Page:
I completely avoid drinking outside of at home for the simple reason I’m a mess even after 1 beer. Much more than that and all I want to do is sleep it off. I wish I could tolerate alcohol well enough to just stumble around after a few drinks. In all likelihood what would happen is I’ll be passed out on the sidewalk until the next day. Or do something really stupid, like the time I thought I could take a flight of steps on the subway in one bound. Fortunately I didn’t break anything on the way down, but that was the last time I drank in any public place.

  • ohnonononono

    Yes, if one believes this study, more people drive to LGA than take transit: http://www.nyc.gov/html/brt/downloads/pdf/110622_lga_aa_slides.pdf

    But most people get to LGA by cab.

  • Jeff

    The rule for NYC suburbanites is that getting drunk in the city, taking commuter rail back to the suburbs, and then driving from the commuter rail station to your house “doesn’t count” as drinking and driving.

  • qrt145

    Depends on how drunk they get in the first place, but a one hour wait while riding the train can certainly bring someone back under the legal BAC limit.

  • bolwerk

    Are you part native? I have family members like that, though I am personally not so affected.

  • Joe R.

    Not as far as I know. In fact, my grandparents on my mom’s side and great grandparents on my dad’s side came here from Italy. Nobody I’m directly descended from married a native. Come to think of it I don’t even think there’s anyone non-Italian in there. Maybe I just never drank frequently enough to develop any kind of tolerance to it. At best I’ll have a beer once or twice a week. I went through a stretch where I had wine with dinner more often than not but it was relatively small amounts.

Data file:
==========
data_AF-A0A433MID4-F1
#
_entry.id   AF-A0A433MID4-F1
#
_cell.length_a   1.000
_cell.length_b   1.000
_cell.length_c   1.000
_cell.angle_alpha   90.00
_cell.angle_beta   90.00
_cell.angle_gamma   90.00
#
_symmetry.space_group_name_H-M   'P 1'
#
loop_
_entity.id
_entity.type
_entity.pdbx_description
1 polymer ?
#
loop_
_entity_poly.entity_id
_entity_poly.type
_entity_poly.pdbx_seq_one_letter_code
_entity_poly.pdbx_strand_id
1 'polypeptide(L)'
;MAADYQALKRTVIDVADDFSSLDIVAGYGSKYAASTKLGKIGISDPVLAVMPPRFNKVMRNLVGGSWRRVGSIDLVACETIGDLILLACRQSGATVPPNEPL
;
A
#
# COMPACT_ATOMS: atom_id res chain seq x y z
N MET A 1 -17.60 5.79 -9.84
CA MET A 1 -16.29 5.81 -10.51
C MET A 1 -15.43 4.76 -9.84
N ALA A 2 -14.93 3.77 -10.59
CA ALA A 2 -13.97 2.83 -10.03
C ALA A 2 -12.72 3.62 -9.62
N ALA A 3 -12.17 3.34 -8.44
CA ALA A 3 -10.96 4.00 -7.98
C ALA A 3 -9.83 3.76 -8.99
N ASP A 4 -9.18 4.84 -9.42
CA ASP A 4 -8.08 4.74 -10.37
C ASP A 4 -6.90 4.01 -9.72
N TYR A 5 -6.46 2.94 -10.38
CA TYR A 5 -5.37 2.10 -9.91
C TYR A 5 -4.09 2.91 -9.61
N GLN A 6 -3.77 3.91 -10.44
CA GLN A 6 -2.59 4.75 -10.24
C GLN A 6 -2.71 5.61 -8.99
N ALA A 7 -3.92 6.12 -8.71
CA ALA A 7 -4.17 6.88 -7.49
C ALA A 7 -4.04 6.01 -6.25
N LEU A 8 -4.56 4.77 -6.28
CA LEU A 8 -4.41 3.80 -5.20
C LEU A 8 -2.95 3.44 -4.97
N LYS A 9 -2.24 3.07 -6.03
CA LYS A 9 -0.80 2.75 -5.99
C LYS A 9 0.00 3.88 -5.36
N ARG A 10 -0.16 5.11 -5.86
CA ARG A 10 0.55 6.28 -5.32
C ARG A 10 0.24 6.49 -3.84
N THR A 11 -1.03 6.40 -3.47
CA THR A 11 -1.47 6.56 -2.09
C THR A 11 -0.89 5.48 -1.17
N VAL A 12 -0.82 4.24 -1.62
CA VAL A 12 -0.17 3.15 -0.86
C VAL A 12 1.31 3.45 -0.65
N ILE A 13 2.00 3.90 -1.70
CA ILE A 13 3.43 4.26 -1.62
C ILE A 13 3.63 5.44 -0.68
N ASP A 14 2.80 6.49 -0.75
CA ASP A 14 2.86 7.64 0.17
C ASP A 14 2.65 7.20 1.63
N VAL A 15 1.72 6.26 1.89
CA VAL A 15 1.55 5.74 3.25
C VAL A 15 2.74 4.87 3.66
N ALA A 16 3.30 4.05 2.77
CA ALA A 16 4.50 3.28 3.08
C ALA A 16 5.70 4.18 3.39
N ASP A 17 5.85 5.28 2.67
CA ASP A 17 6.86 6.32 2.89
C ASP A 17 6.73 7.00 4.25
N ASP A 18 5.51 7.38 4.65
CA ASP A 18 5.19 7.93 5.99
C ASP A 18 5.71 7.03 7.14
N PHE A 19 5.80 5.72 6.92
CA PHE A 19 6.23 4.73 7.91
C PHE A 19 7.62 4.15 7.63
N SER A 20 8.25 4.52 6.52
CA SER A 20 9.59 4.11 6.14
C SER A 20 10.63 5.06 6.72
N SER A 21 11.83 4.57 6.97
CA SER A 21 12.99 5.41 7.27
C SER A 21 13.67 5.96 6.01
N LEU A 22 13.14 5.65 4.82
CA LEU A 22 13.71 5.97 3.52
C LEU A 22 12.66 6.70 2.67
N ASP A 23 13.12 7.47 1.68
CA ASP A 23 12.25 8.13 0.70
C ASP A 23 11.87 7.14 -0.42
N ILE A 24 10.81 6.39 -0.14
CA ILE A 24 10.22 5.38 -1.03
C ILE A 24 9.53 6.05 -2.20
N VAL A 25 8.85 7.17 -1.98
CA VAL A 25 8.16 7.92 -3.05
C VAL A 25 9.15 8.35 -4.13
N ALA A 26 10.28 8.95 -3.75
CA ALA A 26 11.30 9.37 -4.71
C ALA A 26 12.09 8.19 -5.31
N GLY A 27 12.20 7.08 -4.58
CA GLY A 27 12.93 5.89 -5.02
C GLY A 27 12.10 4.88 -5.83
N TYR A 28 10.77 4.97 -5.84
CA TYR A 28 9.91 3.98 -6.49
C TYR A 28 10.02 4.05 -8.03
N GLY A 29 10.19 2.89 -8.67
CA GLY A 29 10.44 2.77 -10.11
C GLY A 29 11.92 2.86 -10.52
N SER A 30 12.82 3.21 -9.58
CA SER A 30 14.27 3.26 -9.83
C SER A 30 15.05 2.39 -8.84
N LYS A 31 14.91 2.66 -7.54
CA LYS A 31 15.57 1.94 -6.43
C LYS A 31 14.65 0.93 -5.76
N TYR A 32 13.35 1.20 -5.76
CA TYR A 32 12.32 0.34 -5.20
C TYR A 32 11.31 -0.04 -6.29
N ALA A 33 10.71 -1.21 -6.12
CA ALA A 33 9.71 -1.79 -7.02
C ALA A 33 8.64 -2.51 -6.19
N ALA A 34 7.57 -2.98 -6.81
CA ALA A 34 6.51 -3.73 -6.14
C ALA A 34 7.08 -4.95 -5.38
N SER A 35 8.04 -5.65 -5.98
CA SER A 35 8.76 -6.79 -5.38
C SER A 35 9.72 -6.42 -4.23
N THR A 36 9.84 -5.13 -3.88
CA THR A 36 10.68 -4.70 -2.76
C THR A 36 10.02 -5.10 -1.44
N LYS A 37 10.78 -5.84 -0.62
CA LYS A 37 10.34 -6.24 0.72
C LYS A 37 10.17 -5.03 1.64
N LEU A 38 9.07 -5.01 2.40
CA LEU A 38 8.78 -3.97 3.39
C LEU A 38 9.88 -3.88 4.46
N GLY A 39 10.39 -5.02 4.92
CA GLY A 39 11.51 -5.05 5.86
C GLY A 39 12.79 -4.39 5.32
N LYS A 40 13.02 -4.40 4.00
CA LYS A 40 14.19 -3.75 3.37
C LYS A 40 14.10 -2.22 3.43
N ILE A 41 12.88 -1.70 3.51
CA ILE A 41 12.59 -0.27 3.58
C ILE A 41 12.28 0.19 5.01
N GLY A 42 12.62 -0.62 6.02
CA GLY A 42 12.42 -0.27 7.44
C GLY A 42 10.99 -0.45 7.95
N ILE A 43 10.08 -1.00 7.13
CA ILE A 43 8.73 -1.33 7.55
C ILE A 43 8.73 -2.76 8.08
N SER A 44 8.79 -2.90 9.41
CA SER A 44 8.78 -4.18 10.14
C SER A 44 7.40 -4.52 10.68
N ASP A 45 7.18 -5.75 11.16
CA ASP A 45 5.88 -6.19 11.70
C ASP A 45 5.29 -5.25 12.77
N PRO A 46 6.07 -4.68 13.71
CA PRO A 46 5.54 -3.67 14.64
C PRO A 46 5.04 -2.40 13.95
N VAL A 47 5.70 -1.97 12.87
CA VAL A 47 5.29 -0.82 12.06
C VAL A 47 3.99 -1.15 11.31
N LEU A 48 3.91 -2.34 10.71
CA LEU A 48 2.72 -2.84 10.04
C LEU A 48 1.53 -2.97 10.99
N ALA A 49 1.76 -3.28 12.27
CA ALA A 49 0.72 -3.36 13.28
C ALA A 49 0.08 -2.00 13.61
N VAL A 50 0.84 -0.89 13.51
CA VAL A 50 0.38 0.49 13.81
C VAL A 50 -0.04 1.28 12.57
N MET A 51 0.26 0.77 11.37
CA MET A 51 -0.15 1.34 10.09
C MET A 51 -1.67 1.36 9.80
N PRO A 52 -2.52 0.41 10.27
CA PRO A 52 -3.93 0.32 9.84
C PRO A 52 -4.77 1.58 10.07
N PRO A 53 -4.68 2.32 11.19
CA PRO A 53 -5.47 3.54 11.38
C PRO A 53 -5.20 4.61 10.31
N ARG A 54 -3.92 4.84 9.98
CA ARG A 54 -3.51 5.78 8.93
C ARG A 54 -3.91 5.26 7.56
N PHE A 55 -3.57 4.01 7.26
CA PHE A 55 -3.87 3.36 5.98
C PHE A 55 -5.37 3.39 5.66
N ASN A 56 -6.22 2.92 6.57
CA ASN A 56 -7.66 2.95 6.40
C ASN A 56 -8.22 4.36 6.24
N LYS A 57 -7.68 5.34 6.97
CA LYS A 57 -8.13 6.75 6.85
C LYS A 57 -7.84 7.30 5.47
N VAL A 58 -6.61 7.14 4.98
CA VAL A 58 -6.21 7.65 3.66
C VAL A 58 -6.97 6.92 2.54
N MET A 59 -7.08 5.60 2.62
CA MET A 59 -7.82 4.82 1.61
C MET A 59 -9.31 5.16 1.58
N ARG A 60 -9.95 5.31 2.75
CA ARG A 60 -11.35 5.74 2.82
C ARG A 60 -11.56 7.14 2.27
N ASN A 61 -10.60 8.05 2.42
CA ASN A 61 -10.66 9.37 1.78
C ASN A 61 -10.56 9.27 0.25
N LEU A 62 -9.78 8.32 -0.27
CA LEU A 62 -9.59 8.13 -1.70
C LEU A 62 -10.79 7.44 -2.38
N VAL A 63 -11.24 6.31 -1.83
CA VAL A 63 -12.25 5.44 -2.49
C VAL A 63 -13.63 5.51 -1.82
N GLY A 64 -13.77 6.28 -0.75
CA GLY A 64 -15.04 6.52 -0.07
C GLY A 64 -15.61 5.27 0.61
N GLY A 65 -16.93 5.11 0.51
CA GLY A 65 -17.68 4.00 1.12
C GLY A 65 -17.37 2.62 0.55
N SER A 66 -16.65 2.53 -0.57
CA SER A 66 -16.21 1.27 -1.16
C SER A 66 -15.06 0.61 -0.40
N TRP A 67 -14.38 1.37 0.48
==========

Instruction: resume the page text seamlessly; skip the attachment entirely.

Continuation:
• bolwerk

    Well, cool, I guess you can be an Italian citizen :-p

    My paternal grandmother’s family is of Mohawk extraction. Some of them had raging alcoholism issues. Not that I keep in any contact with the tribe itself, but of friends I know who are also largely ethnically Mohawk (and other Iroquois) they often say their limit is basically slowly sipping beer or wine.

  • Joe R.

    For all I know there could be a recessive native gene deep down which manifested itself with me. Unlike lots of Italians, I don’t deal particularly well with heat. IIRC, neither do most natives. Remember the Italians visited America first. Doubtless there was some cross-breeding. Slowly sipping beer or wine seems to be more or less a good description of my limits.

  • bolwerk

    Heh, I think out of Europeans the Vikings had you beat by a few hundred years. :-p

    Though, seriously, I’d guess some Europeans of any nationality are prone to being heavily impacted by alcohol in various ways too. It does seem to be something that hits Native Americans very hard though.

  • ahwr

    Let’s round it and say the NYPD has a DWI rate of 1 per 1,000. That sounds really damned high

    Driving age population ~1000 per DWI charge, misdemeanor or felony is bad? You don’t want to know how many DWI arrests there are statewide then…

    http://www.criminaljustice.ny.gov/crimnet/ojsa/arrests/nys.pdf

    http://www.criminaljustice.ny.gov/crimnet/ojsa/arrests/nyc.pdf

  • Maggie

    Yeah, I don’t know how I missed it before. Glad they’re investigating.

  • reasonableexplanation

    Those people don’t want to drive to Teterboro or some airport in Long Island or Westchester.

    More likely, the smaller airports don’t have the flights people want:

    Teterboro flights per day: 419
    Islip flights per day: 499
    LGA flights per day: 1003

    Additionally, flights from these airports are often more expensive, and you have to transfer too. On the other hand, the security lines aren’t as bad, so at least there’s that.

    e.g. for this weekend:
    LGA-MIA: $354 (nonstop)
    ISP-MIA: $464 (with 2 stops)
    TEB-MIA: no flights

  • ahwr

    Does personal car mean drive to the airport and park, get a ride from friend/family to the airport and they drive away, or both?